Owners have always listened to the GMs and coaches, and to a great extent those guys would just speak the baseball dogma. But those owners didn’t get rich by being stupid. If someone showed them proof that something was putting any of their assets at risk, they wouldn’t have ignored it. But even at that, with no free agency or union to force certain things from happening, they’d have run many of them into the ground because there were always more in the pipeline.
                  The pitcher who’s afraid to throw strikes, will soon be standing in the shower with the hitter who's afraid to swing.

                  Comment


                  • #10
                    You need to realize a few things:

                    Pitch count is being used as an aid to assess a pitcher's fatigue through X innings, not in general. 100 pitches through five innings is much more tiring than 100 in seven. The number is set as a benchmark of how efficient the pitcher is going to be in later innings and in games beyond. Simply allowing the pitcher to tell you when he's tired can be dangerous and misleading, since many starters would rather try and go the distance.

                    Knuckleballers are scary because they can break down at any time. In Dickey's case, he was up 4-1. If you kept him in the eighth, he could easily break down and walk two guys in a row, especially because he isn't a very good knuckleballer. Then you run the risk of tying the game.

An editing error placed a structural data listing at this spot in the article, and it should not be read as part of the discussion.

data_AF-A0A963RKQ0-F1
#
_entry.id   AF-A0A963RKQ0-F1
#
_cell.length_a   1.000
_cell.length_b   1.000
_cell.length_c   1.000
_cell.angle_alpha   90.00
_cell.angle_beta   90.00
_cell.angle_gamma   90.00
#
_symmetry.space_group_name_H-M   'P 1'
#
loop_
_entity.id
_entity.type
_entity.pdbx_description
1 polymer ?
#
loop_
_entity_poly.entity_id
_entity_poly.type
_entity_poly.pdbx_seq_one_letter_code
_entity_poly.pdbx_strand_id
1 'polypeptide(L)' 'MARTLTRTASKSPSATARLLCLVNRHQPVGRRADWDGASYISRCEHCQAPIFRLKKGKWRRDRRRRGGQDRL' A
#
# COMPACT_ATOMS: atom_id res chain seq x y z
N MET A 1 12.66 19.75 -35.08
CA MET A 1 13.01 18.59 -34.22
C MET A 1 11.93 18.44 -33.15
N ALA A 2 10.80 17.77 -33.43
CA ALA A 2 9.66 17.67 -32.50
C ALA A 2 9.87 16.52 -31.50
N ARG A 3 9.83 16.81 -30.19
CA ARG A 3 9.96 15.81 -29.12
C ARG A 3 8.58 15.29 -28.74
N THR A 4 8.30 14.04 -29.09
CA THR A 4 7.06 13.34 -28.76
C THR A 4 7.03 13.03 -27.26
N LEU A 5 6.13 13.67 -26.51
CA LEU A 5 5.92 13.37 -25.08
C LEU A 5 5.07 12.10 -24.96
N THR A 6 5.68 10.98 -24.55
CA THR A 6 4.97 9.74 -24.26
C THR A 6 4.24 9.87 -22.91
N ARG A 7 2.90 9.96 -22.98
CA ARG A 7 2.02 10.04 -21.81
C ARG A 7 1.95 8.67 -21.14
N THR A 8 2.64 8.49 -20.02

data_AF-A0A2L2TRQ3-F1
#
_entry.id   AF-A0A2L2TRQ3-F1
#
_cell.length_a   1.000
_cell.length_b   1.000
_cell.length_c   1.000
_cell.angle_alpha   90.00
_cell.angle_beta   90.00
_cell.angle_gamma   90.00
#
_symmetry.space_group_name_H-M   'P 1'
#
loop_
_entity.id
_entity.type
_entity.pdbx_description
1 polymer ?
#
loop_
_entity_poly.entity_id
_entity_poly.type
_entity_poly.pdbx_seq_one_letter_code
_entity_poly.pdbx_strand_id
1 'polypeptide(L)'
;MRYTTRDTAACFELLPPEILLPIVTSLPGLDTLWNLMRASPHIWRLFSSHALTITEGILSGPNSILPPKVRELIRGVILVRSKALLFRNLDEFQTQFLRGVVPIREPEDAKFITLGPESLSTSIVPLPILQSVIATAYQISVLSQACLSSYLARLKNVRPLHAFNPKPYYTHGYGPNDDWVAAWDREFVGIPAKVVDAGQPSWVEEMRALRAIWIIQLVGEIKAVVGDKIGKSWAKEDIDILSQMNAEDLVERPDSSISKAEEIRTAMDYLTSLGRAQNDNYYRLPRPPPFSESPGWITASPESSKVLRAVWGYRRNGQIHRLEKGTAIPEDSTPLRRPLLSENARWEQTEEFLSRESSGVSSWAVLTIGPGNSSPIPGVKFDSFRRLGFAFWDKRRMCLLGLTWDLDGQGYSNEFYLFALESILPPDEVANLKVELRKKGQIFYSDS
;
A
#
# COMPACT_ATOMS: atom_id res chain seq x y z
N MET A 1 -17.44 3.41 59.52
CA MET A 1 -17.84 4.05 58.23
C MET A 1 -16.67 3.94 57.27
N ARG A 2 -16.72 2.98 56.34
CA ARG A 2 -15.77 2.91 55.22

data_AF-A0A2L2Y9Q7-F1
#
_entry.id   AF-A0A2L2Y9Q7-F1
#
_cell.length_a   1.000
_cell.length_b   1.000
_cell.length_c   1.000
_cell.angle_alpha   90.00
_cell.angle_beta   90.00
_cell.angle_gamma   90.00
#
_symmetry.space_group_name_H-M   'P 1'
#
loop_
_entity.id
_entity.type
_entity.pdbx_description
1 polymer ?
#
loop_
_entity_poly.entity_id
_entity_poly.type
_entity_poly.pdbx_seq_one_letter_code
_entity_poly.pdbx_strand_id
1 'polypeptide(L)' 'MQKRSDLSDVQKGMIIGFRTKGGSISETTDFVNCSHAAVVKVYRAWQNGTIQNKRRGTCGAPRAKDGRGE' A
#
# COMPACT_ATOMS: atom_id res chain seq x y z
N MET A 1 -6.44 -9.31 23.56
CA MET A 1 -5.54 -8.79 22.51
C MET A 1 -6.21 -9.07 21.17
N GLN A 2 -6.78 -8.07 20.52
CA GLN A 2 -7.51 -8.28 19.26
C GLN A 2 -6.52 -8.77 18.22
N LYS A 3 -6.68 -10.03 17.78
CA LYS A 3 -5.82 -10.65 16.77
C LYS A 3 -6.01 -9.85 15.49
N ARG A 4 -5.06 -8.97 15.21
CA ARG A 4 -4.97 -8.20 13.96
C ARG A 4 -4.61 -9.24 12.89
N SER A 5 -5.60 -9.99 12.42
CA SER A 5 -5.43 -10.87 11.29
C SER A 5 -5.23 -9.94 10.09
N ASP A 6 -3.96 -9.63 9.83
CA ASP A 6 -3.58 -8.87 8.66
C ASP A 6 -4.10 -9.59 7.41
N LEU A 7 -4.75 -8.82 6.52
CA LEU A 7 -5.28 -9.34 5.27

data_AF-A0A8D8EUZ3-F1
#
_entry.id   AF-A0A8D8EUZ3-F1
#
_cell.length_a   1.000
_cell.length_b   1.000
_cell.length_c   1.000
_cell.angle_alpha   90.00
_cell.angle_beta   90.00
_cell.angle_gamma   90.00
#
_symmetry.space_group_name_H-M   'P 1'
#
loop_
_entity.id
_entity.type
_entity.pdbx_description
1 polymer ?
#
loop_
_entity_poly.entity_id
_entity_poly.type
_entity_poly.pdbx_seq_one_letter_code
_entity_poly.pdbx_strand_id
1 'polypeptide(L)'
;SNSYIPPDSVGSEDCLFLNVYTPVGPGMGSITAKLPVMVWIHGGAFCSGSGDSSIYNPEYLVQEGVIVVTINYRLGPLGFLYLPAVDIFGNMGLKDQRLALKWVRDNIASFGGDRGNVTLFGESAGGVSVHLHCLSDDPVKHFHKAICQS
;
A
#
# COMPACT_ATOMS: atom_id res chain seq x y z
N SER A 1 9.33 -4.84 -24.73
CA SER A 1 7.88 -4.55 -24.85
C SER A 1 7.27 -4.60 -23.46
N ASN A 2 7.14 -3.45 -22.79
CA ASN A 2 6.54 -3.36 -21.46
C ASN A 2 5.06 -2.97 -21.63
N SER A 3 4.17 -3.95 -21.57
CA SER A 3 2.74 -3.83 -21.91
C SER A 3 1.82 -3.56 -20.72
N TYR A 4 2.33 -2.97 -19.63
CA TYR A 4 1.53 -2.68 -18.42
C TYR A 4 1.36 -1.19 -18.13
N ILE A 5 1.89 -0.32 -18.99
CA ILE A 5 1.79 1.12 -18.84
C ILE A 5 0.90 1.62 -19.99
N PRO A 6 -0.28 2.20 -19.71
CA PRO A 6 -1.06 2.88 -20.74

100 pitches today is not equal to 100 pitches twenty years ago. Batters have become machines; they foul off dozens of pitches, capitalize on mistakes like never before, and are very aware of the small strike zone of today's game. Thus, pitchers must compensate by throwing harder or exerting themselves to make a pitch break more than usual. Even if a pitcher is a natural workhorse, he is working himself more because of today's superior batter. Managers are aware of this, and they are afraid of keeping pitchers past 100 for fear of injuring guys. Millions of dollars are at stake.

                    A lot of people, perhaps including yourself, think of stars like Seaver, Spahn, or Carlton when they think about today's pitching endurance. This is an incredibly small sample size based on elite pitchers. Plenty of others were pitching who had trouble completing games or didn't last long because they forced to do so.

                    If every other team is basing itself on lesser pitching, the one team that decides not to is losing an advantage. It is tiring pitchers when other teams are using stretching the workload across the board. Come August, this would be very troublesome.


                    I too have some problems with today's pitching management, but not to the point where I think we need the management of 20 years ago. It isn't possible.
                    "Allen Sutton Sothoron pitched his initials off today."--1920s article

                    Comment


                    • #11
                      Originally posted by Tyrus4189Cobb View Post